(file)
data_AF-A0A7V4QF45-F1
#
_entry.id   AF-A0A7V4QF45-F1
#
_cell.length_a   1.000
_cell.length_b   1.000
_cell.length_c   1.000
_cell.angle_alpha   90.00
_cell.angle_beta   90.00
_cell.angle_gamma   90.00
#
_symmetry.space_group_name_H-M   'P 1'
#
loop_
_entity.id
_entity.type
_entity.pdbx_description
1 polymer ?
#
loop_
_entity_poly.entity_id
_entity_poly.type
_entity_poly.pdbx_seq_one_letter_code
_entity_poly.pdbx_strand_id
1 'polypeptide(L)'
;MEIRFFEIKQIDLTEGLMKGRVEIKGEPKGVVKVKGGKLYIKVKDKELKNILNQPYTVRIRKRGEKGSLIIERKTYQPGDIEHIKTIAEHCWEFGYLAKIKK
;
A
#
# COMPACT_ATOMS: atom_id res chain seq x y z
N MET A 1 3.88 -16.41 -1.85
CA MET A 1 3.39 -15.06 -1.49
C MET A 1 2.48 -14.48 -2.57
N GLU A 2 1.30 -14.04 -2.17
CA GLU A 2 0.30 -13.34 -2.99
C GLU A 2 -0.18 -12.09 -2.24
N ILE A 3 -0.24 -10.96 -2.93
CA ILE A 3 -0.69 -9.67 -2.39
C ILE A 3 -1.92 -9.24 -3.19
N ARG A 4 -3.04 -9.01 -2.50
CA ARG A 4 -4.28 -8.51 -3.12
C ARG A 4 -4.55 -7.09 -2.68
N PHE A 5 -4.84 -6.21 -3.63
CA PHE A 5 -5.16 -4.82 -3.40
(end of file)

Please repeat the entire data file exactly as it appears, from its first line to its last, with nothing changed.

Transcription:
data_AF-A0A7V4QF45-F1
#
_entry.id   AF-A0A7V4QF45-F1
#
_cell.length_a   1.000
_cell.length_b   1.000
_cell.length_c   1.000
_cell.angle_alpha   90.00
_cell.angle_beta   90.00
_cell.angle_gamma   90.00
#
_symmetry.space_group_name_H-M   'P 1'
#
loop_
_entity.id
_entity.type
_entity.pdbx_description
1 polymer ?
#
loop_
_entity_poly.entity_id
_entity_poly.type
_entity_poly.pdbx_seq_one_letter_code
_entity_poly.pdbx_strand_id
1 'polypeptide(L)'
;MEIRFFEIKQIDLTEGLMKGRVEIKGEPKGVVKVKGGKLYIKVKDKELKNILNQPYTVRIRKRGEKGSLIIERKTYQPGDIEHIKTIAEHCWEFGYLAKIKK
;
A
#
# COMPACT_ATOMS: atom_id res chain seq x y z
N MET A 1 3.88 -16.41 -1.85
CA MET A 1 3.39 -15.06 -1.49
C MET A 1 2.48 -14.48 -2.57
N GLU A 2 1.30 -14.04 -2.17
CA GLU A 2 0.30 -13.34 -2.99
C GLU A 2 -0.18 -12.09 -2.24
N ILE A 3 -0.24 -10.96 -2.93
CA ILE A 3 -0.69 -9.67 -2.39
C ILE A 3 -1.92 -9.24 -3.19
N ARG A 4 -3.04 -9.01 -2.50
CA ARG A 4 -4.28 -8.51 -3.12
C ARG A 4 -4.55 -7.09 -2.68
N PHE A 5 -4.84 -6.21 -3.63
CA PHE A 5 -5.16 -4.82 -3.40